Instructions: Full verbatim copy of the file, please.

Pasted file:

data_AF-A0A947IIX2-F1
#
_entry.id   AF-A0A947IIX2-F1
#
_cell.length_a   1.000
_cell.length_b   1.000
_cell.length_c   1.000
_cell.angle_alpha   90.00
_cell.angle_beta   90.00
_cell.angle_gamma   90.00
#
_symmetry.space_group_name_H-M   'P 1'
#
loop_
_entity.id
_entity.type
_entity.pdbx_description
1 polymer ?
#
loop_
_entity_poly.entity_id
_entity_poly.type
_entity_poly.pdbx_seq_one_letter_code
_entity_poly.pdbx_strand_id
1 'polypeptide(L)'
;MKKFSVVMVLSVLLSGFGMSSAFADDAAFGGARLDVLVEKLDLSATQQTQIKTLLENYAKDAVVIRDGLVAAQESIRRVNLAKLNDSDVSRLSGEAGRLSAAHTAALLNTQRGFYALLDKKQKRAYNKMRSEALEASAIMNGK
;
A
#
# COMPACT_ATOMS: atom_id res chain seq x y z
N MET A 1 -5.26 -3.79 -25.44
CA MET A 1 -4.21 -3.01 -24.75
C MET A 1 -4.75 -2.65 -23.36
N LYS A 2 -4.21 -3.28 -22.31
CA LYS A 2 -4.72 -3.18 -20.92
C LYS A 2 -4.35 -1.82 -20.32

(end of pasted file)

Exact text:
data_AF-A0A947IIX2-F1
#
_entry.id   AF-A0A947IIX2-F1
#
_cell.length_a   1.000
_cell.length_b   1.000
_cell.length_c   1.000
_cell.angle_alpha   90.00
_cell.angle_beta   90.00
_cell.angle_gamma   90.00
#
_symmetry.space_group_name_H-M   'P 1'
#
loop_
_entity.id
_entity.type
_entity.pdbx_description
1 polymer ?
#
loop_
_entity_poly.entity_id
_entity_poly.type
_entity_poly.pdbx_seq_one_letter_code
_entity_poly.pdbx_strand_id
1 'polypeptide(L)'
;MKKFSVVMVLSVLLSGFGMSSAFADDAAFGGARLDVLVEKLDLSATQQTQIKTLLENYAKDAVVIRDGLVAAQESIRRVNLAKLNDSDVSRLSGEAGRLSAAHTAALLNTQRGFYALLDKKQKRAYNKMRSEALEASAIMNGK
;
A
#
# COMPACT_ATOMS: atom_id res chain seq x y z
N MET A 1 -5.26 -3.79 -25.44
CA MET A 1 -4.21 -3.01 -24.75
C MET A 1 -4.75 -2.65 -23.36
N LYS A 2 -4.21 -3.28 -22.31
CA LYS A 2 -4.72 -3.18 -20.92
C LYS A 2 -4.35 -1.82 -20.32